Future Trends – Crystal Ball Gazing

crystal-ball Filthy Good Vino

Time for a little crystal ball gazing! My predictions for the future.

Flash and Daily Deal Sites focused on a model of heavy discounting will struggle as supply eventually dries up and as wineries recognise the potential consequence for brand / lack of profitability in using these channels to sell.

Online models will continue to grow and evolve:

  • Designing for experience will trump base level transactional + low level gamified / low level social models.
  • Those with the strongest Game and Social layers will be the most successful with the most engaged communities.
  • Those who do design effective models will not have to rely on discounting.
  • Great service, time and effort spent developing meaningful relationships between the business and its customers, and, between members / customers of the community will be critical.
  • Game features that establish vested interests in maintaining a relationship, time invested in building a profile, competing in “The Game” will build a foundation for paying a “fair” price for wine.
  • Models creating financial efficiency, moving away from the three tiered supply chain, will offer reduced, yet profitable pricing whether perceived or real for the customer. A little cryptic, but, entirely possible.

The online share of the wine market will continue to grow, purchasing on mobile and tablet technology will increase.

Smart Clicks and Mortar Retailers will integrate digital touch points in their physical outlets. They will use their physical presence to create opportunity for a physical touch point for digital customers.

Smart Digital Retailers will establish physical and hybrid touch points for their community.

Wineries and Clicks and Mortar Retailers in general will remain laggards in the adoption of Digital Strategy to build communities around their business and only touch the surface of the potential that exists. Getting a Facebook Page because everyone else has one is not the answer.

A few innovators will realise that they do not have to rely only on the old three tiered model. That they can build a model to grow direct sales, with a strong Game and Social Layer. They will prosper.

These wineries / retailers will take ownership and spend the time and effort on developing meaningful relationships with a vibrant community who:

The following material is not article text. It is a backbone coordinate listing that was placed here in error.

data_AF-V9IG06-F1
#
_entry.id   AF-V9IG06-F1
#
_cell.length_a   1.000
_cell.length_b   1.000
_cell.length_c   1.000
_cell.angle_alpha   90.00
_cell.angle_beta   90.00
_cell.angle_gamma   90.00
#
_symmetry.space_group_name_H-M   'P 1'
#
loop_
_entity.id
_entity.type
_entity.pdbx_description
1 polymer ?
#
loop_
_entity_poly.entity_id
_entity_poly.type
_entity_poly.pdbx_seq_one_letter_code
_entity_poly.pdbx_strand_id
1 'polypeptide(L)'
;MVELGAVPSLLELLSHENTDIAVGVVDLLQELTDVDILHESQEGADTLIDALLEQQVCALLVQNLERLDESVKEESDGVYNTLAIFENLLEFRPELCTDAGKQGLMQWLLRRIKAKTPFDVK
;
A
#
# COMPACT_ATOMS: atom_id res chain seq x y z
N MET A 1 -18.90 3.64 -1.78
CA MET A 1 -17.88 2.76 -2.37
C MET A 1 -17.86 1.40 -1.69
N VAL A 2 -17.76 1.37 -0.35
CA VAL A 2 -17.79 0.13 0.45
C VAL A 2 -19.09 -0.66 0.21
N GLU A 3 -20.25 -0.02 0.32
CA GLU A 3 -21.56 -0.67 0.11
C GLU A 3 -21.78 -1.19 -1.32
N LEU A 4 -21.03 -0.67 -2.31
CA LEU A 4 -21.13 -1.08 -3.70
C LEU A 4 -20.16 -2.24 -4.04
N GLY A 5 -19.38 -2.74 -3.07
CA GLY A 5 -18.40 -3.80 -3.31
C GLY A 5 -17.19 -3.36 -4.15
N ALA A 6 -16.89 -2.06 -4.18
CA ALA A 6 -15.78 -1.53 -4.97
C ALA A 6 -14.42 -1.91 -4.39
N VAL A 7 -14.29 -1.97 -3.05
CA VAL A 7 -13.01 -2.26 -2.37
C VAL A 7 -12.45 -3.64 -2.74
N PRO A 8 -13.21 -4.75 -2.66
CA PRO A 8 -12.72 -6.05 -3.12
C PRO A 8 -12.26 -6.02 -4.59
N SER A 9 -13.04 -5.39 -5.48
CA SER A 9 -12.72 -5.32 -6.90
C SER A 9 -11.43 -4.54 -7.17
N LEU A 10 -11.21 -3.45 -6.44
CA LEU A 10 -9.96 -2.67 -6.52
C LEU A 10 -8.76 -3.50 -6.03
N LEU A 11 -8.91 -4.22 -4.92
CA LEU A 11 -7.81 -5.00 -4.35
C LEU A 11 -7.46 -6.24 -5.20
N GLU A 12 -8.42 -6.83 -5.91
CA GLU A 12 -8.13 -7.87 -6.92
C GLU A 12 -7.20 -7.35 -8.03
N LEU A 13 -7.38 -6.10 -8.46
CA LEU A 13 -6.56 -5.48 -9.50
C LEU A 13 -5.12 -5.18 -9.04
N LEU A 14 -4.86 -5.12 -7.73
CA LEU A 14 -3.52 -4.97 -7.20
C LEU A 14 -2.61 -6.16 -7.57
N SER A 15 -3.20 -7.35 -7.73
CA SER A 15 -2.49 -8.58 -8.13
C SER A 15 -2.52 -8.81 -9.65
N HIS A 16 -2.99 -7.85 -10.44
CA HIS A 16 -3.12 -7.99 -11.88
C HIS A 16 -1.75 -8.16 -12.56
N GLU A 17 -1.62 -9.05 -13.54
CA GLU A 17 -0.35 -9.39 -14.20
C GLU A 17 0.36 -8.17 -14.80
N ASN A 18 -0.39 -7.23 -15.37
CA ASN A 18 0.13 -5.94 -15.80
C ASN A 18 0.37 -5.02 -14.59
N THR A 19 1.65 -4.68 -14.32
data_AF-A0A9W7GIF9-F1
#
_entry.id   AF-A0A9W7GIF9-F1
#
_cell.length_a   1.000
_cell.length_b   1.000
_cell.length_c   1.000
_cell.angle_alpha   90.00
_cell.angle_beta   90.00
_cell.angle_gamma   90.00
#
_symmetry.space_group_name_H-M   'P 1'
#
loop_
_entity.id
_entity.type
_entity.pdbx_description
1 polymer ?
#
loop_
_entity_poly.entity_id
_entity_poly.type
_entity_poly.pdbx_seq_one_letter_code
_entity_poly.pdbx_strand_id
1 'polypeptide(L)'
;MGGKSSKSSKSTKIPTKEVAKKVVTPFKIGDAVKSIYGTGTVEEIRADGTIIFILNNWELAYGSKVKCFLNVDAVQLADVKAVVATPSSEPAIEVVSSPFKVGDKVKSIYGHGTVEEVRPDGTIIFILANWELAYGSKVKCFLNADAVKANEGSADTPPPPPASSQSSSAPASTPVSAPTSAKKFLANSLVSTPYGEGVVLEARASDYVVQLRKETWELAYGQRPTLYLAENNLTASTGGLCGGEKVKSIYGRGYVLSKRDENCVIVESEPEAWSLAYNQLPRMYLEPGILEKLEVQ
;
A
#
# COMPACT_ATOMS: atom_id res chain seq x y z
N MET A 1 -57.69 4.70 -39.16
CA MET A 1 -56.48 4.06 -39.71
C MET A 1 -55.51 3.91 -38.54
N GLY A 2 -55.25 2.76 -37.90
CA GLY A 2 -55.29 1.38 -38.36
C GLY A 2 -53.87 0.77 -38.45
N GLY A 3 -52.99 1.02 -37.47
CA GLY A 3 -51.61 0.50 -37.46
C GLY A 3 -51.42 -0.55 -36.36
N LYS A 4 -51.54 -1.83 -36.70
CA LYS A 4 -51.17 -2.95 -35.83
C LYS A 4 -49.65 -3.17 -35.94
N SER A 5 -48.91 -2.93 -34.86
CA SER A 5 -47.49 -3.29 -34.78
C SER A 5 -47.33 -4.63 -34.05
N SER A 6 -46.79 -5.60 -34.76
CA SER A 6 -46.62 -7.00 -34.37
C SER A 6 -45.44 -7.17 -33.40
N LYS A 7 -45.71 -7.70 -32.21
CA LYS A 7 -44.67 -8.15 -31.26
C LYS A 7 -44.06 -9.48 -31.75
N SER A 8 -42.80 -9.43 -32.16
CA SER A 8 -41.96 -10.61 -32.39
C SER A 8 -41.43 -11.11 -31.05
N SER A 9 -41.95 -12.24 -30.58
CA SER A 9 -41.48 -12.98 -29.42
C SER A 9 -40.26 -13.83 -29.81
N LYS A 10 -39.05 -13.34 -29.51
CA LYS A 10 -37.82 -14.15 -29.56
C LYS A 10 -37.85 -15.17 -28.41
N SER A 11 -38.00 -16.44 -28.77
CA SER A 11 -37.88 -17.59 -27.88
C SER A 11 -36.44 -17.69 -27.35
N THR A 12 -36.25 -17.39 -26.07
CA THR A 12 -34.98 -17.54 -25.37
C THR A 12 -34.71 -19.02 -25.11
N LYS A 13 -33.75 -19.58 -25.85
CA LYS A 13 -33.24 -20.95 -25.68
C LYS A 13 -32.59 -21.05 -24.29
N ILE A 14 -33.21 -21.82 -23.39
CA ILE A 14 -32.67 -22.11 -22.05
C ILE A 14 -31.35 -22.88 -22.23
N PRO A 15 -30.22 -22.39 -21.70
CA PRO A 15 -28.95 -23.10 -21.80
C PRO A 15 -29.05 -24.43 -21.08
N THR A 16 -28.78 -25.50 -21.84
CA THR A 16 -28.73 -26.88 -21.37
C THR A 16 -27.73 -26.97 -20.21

• Care about what they do.
  • Who they are.
  • Value the experience, product and exceptional service being offered.
  • Will pay well for it.

Generation Y will start to come into their own in the next 5 to 10 years as their level of affluence increases and buy both more wine and a higher percentage of that wine online as the opportunity to look beyond instant gratification is realised through wealth.

Baby Boomers will buy less as they age.


1. Speedy, B. “Online wine auctions hit the spot” The Australian June 23, 2012. viewed 31 July 2012
2. Andrejczak, W “Wine flash-deal business is maturing – New middlemen emerge in U.S. wine market” The Wall Street Journal, Market Watch. 30 May 2012. viewed 31 July 2012.

“Stop the Wine-ocide” Kaani 2012 – My Deep Dark Secret + a Wine Tip

12 Jul

kaani 2012 Stop the Wine-ocide Feature Image Filthy Good Vino

I can keep my Deep, Dark Secret No Longer. I’ve Witnessed and Particpated in the Murder of TOO much Filthy Good Vino!


Yep, I regularly open more than one bottle of sensational wine at a time.  Let’s face it who’s happy with less than 3 glasses of different Filth AKA Wine in front of them.  End result left overs!  By the next day, when my mouth’s as dry as a Cocky’s Cage and I’m looking for something to pour on my Weaties, the vino that was an absolute PLEASURE FESTA the night before is just a shadow of its former self.  No longer the vibrant, beautiful, creature that had passed my lips only hours earlier, but, sad, tired, withered up and DEAD! Murdered by evil oxygen.

After a few too many bottles of Filthy Good Vino going to waste, I had a revelation. I was responsible for the MURDER of the ones I loved.  Some of you might say I’m a bit soft and just need to add a spoonful of concrete to the mix, keep on training … pass me that waiter’s friend please… harden up and finish the bottle(s) on the night.

In my defence I offer the following:

    1. Those of you that have shared a glass, plate and table with me will know, I’m half Chinese, scored the Asian vino-genes, and, with them a genetic inability to quickly process the bi-products of metabolising alcohol.  Just watch as I go bright red at the sound of a cork popping!
    2. Some times, on school nights, the Mrs and I just feel like a glass each and not a whole bottle.

I have a solution! It’s not some crazy wine preserving system with a vacuum or pressurised Argon to “remove” or “replace” the air in the bottle. Best thing is, it’s free and you’ve probably got all the kit you need floating around your home.  Check out the video above. After you’ve watched it, if you feel like donating to “Kaani 2012” to help me drink more Filthy Good Vino and stop the insanity, get in touch or drop around with a tube of Filth.

I’ve been meaning to share this for some time.  A recent post by La Donna Del Vino inspired me to take action. Check out La Donna Del Vino’s Blog Post “In the Face of a Deluge of Red Wine” for some other solutions to this horrific crime!

kaani 2012 Stop the Wine-ocide Feature Image Filthy Good Vino